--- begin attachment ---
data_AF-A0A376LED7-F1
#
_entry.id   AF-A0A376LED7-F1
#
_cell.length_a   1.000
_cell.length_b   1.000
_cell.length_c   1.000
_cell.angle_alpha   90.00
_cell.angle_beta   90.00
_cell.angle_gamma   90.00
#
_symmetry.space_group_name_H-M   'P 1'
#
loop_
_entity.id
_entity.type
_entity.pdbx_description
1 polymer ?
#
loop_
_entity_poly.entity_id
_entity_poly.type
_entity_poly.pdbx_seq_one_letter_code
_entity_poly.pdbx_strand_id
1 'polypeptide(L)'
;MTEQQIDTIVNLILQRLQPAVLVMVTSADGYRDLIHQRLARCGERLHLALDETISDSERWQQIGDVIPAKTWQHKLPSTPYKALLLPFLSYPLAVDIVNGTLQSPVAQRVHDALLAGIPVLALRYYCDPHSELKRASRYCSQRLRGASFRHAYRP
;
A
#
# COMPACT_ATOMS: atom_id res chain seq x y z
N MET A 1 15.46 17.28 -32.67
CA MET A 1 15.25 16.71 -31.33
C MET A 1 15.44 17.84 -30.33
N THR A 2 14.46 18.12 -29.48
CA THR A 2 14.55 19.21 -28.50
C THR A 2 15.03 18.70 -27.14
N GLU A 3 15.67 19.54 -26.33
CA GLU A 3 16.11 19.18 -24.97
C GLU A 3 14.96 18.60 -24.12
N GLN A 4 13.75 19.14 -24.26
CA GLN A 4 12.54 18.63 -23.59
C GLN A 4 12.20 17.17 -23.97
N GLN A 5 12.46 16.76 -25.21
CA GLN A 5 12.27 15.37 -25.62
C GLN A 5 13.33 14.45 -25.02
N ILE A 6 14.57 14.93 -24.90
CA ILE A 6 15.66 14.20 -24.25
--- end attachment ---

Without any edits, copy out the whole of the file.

data_AF-A0A376LED7-F1
#
_entry.id   AF-A0A376LED7-F1
#
_cell.length_a   1.000
_cell.length_b   1.000
_cell.length_c   1.000
_cell.angle_alpha   90.00
_cell.angle_beta   90.00
_cell.angle_gamma   90.00
#
_symmetry.space_group_name_H-M   'P 1'
#
loop_
_entity.id
_entity.type
_entity.pdbx_description
1 polymer ?
#
loop_
_entity_poly.entity_id
_entity_poly.type
_entity_poly.pdbx_seq_one_letter_code
_entity_poly.pdbx_strand_id
1 'polypeptide(L)'
;MTEQQIDTIVNLILQRLQPAVLVMVTSADGYRDLIHQRLARCGERLHLALDETISDSERWQQIGDVIPAKTWQHKLPSTPYKALLLPFLSYPLAVDIVNGTLQSPVAQRVHDALLAGIPVLALRYYCDPHSELKRASRYCSQRLRGASFRHAYRP
;
A
#
# COMPACT_ATOMS: atom_id res chain seq x y z
N MET A 1 15.46 17.28 -32.67
CA MET A 1 15.25 16.71 -31.33
C MET A 1 15.44 17.84 -30.33
N THR A 2 14.46 18.12 -29.48
CA THR A 2 14.55 19.21 -28.50
C THR A 2 15.03 18.70 -27.14
N GLU A 3 15.67 19.54 -26.33
CA GLU A 3 16.11 19.18 -24.97
C GLU A 3 14.96 18.60 -24.12
N GLN A 4 13.75 19.14 -24.26
CA GLN A 4 12.54 18.63 -23.59
C GLN A 4 12.20 17.17 -23.97
N GLN A 5 12.46 16.76 -25.21
CA GLN A 5 12.27 15.37 -25.62
C GLN A 5 13.33 14.45 -25.02
N ILE A 6 14.57 14.93 -24.90
CA ILE A 6 15.66 14.20 -24.25